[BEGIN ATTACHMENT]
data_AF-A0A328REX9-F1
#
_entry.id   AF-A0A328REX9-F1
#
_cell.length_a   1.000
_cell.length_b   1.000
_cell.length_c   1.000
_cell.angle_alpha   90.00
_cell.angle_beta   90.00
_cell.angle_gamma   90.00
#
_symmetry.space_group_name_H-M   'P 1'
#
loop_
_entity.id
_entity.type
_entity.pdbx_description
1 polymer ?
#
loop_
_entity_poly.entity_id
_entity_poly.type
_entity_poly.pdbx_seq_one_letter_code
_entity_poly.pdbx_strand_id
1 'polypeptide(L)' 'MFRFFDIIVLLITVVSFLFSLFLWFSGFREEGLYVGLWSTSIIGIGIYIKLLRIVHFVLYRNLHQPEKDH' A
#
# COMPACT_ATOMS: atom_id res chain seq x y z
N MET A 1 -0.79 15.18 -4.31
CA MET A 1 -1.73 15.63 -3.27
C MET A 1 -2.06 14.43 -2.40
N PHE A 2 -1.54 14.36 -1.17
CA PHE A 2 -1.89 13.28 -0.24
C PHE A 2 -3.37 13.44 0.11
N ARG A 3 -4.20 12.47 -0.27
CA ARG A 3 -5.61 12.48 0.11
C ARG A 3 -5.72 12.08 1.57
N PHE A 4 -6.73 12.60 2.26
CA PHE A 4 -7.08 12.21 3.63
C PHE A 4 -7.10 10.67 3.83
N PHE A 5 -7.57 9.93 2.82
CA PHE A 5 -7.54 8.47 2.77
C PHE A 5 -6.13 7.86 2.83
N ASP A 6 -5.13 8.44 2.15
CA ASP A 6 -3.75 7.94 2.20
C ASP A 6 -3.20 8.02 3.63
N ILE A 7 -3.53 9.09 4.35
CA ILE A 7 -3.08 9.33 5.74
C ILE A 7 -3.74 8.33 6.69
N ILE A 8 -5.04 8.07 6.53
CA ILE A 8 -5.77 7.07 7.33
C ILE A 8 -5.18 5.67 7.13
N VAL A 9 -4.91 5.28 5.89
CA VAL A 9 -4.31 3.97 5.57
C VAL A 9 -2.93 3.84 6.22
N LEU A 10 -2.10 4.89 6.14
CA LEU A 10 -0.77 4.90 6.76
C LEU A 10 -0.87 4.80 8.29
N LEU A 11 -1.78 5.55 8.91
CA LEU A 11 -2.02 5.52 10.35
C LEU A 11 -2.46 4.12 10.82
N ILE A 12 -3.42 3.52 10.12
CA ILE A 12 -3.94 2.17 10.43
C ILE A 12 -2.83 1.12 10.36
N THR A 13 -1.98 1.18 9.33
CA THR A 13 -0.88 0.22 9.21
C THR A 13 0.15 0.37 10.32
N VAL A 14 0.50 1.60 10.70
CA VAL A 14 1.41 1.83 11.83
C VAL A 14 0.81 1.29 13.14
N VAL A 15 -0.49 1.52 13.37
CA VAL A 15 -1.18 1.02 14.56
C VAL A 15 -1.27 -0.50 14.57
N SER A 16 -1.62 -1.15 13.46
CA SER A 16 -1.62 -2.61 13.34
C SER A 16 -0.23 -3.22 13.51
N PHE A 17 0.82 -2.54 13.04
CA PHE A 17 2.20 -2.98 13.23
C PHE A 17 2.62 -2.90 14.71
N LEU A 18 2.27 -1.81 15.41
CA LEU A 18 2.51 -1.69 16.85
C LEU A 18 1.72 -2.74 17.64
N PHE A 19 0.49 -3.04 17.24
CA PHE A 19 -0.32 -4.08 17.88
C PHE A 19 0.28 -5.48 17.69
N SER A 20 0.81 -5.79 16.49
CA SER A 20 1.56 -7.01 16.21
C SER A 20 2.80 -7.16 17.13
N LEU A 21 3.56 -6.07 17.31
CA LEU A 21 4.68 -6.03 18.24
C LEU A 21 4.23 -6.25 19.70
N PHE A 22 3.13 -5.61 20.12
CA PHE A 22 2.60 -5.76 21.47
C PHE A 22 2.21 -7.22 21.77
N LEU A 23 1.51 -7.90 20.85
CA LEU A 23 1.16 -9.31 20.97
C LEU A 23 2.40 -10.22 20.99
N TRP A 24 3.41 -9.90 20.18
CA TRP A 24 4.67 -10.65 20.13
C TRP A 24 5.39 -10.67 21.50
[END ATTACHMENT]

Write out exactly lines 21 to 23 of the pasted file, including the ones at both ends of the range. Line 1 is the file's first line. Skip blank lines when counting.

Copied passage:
_entity_poly.entity_id
_entity_poly.type
_entity_poly.pdbx_seq_one_letter_code